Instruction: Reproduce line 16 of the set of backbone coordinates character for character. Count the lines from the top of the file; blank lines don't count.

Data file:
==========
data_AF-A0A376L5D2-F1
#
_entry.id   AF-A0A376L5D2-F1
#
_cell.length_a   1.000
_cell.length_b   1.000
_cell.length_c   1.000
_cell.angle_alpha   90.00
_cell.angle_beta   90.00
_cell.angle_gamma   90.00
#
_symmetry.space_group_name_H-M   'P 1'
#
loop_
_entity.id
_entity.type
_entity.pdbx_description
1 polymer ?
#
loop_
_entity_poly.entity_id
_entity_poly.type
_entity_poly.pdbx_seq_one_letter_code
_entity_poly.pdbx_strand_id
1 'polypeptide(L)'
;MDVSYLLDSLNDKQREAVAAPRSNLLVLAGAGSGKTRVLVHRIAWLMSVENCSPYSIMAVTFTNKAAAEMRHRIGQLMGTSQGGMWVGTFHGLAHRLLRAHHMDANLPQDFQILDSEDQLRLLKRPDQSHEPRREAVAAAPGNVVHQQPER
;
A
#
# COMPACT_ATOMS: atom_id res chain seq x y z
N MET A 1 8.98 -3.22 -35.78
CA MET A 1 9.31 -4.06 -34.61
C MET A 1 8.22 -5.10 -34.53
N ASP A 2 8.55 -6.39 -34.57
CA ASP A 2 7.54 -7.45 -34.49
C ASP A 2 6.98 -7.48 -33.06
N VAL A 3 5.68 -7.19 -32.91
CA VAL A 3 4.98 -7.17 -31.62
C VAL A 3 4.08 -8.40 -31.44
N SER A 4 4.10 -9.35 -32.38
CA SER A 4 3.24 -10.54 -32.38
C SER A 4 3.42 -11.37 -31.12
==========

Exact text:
_entity.type